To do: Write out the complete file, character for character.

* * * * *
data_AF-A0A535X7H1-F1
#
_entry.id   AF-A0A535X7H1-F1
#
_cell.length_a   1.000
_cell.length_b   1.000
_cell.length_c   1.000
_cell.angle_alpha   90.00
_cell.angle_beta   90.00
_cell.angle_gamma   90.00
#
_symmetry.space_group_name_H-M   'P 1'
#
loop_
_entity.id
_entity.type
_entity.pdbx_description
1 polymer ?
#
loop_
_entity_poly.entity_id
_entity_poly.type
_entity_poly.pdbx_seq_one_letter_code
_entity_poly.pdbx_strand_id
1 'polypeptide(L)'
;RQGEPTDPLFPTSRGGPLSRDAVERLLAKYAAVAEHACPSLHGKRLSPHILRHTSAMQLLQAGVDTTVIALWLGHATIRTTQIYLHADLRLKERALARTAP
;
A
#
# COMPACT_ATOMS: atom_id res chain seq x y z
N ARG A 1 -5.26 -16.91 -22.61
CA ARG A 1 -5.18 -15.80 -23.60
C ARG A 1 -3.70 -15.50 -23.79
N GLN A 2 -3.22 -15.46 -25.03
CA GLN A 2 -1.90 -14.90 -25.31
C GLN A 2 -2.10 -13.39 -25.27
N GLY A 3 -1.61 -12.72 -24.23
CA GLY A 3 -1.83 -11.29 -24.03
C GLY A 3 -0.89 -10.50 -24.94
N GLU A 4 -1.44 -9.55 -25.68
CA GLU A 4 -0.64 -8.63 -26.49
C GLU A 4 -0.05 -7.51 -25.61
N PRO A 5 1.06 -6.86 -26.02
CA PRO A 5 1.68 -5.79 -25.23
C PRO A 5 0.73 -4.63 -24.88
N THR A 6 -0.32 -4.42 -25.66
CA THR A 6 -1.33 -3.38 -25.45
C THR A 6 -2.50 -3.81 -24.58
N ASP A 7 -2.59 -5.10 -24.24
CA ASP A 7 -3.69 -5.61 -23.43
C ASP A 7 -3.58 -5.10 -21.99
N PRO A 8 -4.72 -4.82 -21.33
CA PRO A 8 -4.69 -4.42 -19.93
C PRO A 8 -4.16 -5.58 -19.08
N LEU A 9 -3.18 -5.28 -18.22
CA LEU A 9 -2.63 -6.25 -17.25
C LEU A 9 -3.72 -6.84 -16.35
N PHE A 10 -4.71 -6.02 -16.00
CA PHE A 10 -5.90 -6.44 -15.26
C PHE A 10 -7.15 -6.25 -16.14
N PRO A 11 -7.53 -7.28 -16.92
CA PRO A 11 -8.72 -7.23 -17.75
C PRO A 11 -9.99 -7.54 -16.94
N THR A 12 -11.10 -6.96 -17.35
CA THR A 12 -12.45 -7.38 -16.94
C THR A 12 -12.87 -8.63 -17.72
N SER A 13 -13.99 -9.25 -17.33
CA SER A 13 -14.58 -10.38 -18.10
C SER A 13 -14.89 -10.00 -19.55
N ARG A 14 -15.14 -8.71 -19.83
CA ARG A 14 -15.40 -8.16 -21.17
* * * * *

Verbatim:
data_AF-A0A535X7H1-F1
#
_entry.id   AF-A0A535X7H1-F1
#
_cell.length_a   1.000
_cell.length_b   1.000
_cell.length_c   1.000
_cell.angle_alpha   90.00
_cell.angle_beta   90.00
_cell.angle_gamma   90.00
#
_symmetry.space_group_name_H-M   'P 1'
#
loop_
_entity.id
_entity.type
_entity.pdbx_description
1 polymer ?
#
loop_
_entity_poly.entity_id
_entity_poly.type
_entity_poly.pdbx_seq_one_letter_code
_entity_poly.pdbx_strand_id
1 'polypeptide(L)'
;RQGEPTDPLFPTSRGGPLSRDAVERLLAKYAAVAEHACPSLHGKRLSPHILRHTSAMQLLQAGVDTTVIALWLGHATIRTTQIYLHADLRLKERALARTAP
;
A
#
# COMPACT_ATOMS: atom_id res chain seq x y z
N ARG A 1 -5.26 -16.91 -22.61
CA ARG A 1 -5.18 -15.80 -23.60
C ARG A 1 -3.70 -15.50 -23.79
N GLN A 2 -3.22 -15.46 -25.03
CA GLN A 2 -1.90 -14.90 -25.31
C GLN A 2 -2.10 -13.39 -25.27
N GLY A 3 -1.61 -12.72 -24.23
CA GLY A 3 -1.83 -11.29 -24.03
C GLY A 3 -0.89 -10.50 -24.94
N GLU A 4 -1.44 -9.55 -25.68
CA GLU A 4 -0.64 -8.63 -26.49
C GLU A 4 -0.05 -7.51 -25.61
N PRO A 5 1.06 -6.86 -26.02
CA PRO A 5 1.68 -5.79 -25.23
C PRO A 5 0.73 -4.63 -24.88
N THR A 6 -0.32 -4.42 -25.66
CA THR A 6 -1.33 -3.38 -25.45
C THR A 6 -2.50 -3.81 -24.58
N ASP A 7 -2.59 -5.10 -24.24
CA ASP A 7 -3.69 -5.61 -23.43
C ASP A 7 -3.58 -5.10 -21.99
N PRO A 8 -4.72 -4.82 -21.33
CA PRO A 8 -4.69 -4.42 -19.93
C PRO A 8 -4.16 -5.58 -19.08
N LEU A 9 -3.18 -5.28 -18.22
CA LEU A 9 -2.63 -6.25 -17.25
C LEU A 9 -3.72 -6.84 -16.35
N PHE A 10 -4.71 -6.02 -16.00
CA PHE A 10 -5.90 -6.44 -15.26
C PHE A 10 -7.15 -6.25 -16.14
N PRO A 11 -7.53 -7.28 -16.92
CA PRO A 11 -8.72 -7.23 -17.75
C PRO A 11 -9.99 -7.54 -16.94
N THR A 12 -11.10 -6.96 -17.35
CA THR A 12 -12.45 -7.38 -16.94
C THR A 12 -12.87 -8.63 -17.72
N SER A 13 -13.99 -9.25 -17.33
CA SER A 13 -14.58 -10.38 -18.10
C SER A 13 -14.89 -10.00 -19.55
N ARG A 14 -15.14 -8.71 -19.83
CA ARG A 14 -15.40 -8.16 -21.17